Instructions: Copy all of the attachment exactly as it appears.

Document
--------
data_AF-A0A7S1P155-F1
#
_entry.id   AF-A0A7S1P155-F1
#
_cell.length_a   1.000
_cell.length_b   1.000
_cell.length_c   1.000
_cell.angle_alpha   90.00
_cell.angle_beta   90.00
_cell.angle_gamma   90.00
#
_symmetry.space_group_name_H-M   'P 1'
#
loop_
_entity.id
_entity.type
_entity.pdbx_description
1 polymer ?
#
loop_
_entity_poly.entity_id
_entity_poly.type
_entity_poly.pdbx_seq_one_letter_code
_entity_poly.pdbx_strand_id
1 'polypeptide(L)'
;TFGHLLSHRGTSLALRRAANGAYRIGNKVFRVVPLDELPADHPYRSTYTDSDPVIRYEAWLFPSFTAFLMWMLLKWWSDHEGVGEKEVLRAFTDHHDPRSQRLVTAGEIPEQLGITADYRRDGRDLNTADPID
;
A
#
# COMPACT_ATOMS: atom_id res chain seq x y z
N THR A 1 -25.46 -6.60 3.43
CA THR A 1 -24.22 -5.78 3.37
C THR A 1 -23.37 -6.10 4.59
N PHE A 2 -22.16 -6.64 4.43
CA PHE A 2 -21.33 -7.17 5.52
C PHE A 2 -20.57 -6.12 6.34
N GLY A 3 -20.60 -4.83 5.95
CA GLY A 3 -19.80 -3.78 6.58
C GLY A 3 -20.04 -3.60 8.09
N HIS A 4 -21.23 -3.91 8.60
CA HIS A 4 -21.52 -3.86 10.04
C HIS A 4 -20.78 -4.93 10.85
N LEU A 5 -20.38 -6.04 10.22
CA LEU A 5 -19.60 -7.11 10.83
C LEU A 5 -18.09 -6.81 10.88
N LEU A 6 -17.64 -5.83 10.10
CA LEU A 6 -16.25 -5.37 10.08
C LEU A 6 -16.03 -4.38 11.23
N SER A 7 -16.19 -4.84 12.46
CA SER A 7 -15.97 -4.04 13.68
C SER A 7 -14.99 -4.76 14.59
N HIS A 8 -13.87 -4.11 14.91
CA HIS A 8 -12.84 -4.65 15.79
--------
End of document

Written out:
data_AF-A0A7S1P155-F1
#
_entry.id   AF-A0A7S1P155-F1
#
_cell.length_a   1.000
_cell.length_b   1.000
_cell.length_c   1.000
_cell.angle_alpha   90.00
_cell.angle_beta   90.00
_cell.angle_gamma   90.00
#
_symmetry.space_group_name_H-M   'P 1'
#
loop_
_entity.id
_entity.type
_entity.pdbx_description
1 polymer ?
#
loop_
_entity_poly.entity_id
_entity_poly.type
_entity_poly.pdbx_seq_one_letter_code
_entity_poly.pdbx_strand_id
1 'polypeptide(L)'
;TFGHLLSHRGTSLALRRAANGAYRIGNKVFRVVPLDELPADHPYRSTYTDSDPVIRYEAWLFPSFTAFLMWMLLKWWSDHEGVGEKEVLRAFTDHHDPRSQRLVTAGEIPEQLGITADYRRDGRDLNTADPID
;
A
#
# COMPACT_ATOMS: atom_id res chain seq x y z
N THR A 1 -25.46 -6.60 3.43
CA THR A 1 -24.22 -5.78 3.37
C THR A 1 -23.37 -6.10 4.59
N PHE A 2 -22.16 -6.64 4.43
CA PHE A 2 -21.33 -7.17 5.52
C PHE A 2 -20.57 -6.12 6.34
N GLY A 3 -20.60 -4.83 5.95
CA GLY A 3 -19.80 -3.78 6.58
C GLY A 3 -20.04 -3.60 8.09
N HIS A 4 -21.23 -3.91 8.60
CA HIS A 4 -21.52 -3.86 10.04
C HIS A 4 -20.78 -4.93 10.85
N LEU A 5 -20.38 -6.04 10.22
CA LEU A 5 -19.60 -7.11 10.83
C LEU A 5 -18.09 -6.81 10.88
N LEU A 6 -17.64 -5.83 10.10
CA LEU A 6 -16.25 -5.37 10.08
C LEU A 6 -16.03 -4.38 11.23
N SER A 7 -16.19 -4.84 12.46
CA SER A 7 -15.97 -4.04 13.68
C SER A 7 -14.99 -4.76 14.59
N HIS A 8 -13.87 -4.11 14.91
CA HIS A 8 -12.84 -4.65 15.79